My response was, “It cannot be proper to state that Pope Francis is constrained by whatever protocols were in place with Pope Emeritus Benedict XVI in the handling of survivor access to the world media following an audience with His Holiness Pope Francis when publication of a photograph was immediate. The protocol is not set in stone but as has been mentioned it does not explain the reasoning behind such a decision, who was involved besides the members of the Pontifical Commission for the Protection of Minors, and why access was withdrawn to survivors on the eve of meeting with Pope Francis which can only look like the Vatican didn’t wish for survivors to speak publicly. The point of this audience was to remove the shame of being hidden and silenced.”
The night before the private audience with Pope Francis I wanted to withdraw and called my best friend and my therapist. It was important to get the message I brought out there and I felt I could not squander the opportunity knowing it could only further silence the many survivors whom I felt needed to be heard concerning their awful lifelong suffering which they endure, if indeed they can.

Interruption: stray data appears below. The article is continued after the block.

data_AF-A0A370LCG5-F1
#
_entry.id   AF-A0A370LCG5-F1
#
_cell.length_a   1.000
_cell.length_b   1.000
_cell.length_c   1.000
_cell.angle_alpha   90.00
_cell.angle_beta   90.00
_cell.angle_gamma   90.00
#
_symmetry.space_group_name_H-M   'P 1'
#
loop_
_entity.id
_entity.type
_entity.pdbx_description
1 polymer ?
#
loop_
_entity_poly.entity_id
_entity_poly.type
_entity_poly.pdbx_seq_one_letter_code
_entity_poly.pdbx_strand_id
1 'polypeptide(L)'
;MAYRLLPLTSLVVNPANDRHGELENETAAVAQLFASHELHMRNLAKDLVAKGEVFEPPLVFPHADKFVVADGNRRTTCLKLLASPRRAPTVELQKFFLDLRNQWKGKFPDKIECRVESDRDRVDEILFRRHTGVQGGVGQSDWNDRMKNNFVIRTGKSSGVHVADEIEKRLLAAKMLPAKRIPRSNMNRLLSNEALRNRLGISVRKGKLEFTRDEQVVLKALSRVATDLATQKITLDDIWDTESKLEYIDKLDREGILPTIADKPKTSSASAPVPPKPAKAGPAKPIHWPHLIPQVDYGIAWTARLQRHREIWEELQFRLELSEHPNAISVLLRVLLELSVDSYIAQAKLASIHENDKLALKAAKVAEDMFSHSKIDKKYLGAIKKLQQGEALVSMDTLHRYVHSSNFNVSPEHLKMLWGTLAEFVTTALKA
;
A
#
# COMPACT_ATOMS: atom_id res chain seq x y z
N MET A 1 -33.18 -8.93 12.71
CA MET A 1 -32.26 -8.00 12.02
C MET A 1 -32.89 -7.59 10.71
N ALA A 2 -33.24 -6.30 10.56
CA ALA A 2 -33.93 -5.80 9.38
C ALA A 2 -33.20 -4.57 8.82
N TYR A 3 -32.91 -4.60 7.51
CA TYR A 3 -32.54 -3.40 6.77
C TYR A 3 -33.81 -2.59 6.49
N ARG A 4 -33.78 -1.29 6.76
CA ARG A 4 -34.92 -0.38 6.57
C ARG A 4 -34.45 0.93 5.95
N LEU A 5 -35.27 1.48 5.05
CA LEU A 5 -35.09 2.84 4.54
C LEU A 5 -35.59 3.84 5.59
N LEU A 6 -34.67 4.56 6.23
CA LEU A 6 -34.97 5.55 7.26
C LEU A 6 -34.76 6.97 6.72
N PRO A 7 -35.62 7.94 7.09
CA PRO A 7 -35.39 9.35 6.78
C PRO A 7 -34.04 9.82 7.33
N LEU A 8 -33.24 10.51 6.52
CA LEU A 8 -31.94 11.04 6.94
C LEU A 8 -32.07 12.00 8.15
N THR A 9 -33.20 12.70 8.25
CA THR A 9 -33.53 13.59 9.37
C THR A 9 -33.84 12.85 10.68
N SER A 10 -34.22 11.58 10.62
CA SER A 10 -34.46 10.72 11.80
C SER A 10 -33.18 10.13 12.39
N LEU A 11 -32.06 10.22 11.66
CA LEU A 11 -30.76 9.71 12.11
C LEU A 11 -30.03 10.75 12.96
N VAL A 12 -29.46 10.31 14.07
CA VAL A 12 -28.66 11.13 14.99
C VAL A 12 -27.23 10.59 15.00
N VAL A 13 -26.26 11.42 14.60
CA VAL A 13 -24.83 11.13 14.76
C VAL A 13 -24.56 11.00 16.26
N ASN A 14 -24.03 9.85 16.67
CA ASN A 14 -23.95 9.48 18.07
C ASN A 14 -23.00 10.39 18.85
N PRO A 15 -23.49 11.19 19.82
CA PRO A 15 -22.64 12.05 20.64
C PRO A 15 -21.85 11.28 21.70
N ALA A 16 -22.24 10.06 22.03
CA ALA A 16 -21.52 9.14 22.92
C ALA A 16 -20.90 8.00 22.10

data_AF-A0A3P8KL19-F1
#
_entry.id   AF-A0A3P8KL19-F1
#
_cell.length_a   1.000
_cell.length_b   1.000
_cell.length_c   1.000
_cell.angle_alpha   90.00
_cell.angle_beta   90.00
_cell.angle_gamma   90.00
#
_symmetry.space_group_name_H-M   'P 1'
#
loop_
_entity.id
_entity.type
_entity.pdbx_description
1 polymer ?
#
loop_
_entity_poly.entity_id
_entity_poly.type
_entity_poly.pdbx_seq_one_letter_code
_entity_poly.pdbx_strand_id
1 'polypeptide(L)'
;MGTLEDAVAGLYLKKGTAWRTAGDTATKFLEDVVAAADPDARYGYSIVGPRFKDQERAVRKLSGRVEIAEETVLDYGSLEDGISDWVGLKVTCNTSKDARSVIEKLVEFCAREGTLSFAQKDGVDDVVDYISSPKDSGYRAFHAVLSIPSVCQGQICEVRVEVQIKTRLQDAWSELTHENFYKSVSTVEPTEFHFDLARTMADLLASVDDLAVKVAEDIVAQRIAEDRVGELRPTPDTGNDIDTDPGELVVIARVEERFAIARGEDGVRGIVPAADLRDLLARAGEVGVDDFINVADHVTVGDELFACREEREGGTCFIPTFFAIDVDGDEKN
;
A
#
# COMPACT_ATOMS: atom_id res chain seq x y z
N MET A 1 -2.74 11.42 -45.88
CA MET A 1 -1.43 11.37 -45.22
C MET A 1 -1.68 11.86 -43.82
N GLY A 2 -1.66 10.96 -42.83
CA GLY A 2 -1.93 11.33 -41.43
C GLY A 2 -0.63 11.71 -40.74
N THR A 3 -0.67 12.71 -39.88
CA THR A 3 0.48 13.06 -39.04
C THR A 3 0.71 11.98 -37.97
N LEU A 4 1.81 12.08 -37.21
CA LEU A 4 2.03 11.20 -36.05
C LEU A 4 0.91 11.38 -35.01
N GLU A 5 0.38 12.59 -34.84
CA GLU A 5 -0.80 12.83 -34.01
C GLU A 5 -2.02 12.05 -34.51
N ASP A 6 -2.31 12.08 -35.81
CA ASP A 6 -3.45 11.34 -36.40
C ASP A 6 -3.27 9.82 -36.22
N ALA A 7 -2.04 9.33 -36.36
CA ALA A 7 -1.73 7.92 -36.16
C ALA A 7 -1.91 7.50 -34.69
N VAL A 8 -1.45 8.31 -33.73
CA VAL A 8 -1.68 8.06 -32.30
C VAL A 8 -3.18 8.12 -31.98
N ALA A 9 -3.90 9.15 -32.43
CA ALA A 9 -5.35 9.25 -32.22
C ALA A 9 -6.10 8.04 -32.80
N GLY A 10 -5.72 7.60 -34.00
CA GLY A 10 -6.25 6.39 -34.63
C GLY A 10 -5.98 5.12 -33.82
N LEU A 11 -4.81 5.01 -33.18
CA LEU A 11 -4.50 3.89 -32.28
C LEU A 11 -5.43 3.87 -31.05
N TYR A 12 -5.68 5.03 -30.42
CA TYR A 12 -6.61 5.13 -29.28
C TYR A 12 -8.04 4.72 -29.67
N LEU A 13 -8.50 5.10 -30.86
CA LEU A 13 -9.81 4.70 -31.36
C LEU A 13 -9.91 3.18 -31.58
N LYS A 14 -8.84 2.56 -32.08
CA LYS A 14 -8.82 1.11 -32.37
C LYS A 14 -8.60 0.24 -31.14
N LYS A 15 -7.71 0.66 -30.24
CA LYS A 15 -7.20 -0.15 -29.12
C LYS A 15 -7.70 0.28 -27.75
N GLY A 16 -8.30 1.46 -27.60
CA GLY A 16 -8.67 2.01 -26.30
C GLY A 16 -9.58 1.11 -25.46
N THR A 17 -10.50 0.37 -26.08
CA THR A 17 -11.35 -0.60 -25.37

My campaign is all about ‘rescue services’ and ‘safe space provisioning’ for survivors of clerical child sexual abuse. The last minute withdrawal of access to the world media assembled did not serve the interests of survivors nor help to remove the shame of clerical child sexual abuse.
Source: Photo: Mark Vincent Healy
I was to have 45 minutes with Pope Francis in a meeting, for which I have Archbishop Diarmuid Martin to thank. It was a minute for each year since I was first abused at the age of 9. Then, I was ordered into a room where I was abused by a priest; now, I was invited into a room to tell another priest all about it, that priest being the Pope himself.
I don’t want to believe the meeting with survivors was any PR exercise. I believe there is a dichotomy at work where the Catholic Church acts as a ‘corporation’ or ‘church’ and responds accordingly. In ‘corporation’ terms any media event is part of a PR exercise. However where the Catholic Church acts as a ‘church’, a ‘family’, ‘the body of Christ’ then this event was and is not a PR exercise but one which recognises the deep suffering caused survivors, their families, their communities, including the human family on a profound human and spiritual level.
I left Pope Francis with a clear translation by Cardinal Sean O’Malley of the following words: “The scandal of clerical child sexual abuse (CCSA) is an existential crisis in God’s house, played out for the world to see. It is about the children of the living God and how they have been treated by the ministers of the living God.”
Mark Vincent Healy is a campaigning abuse survivor. Read his full report and response to the NSBCCCI audit into the Holy Ghost Fathers here.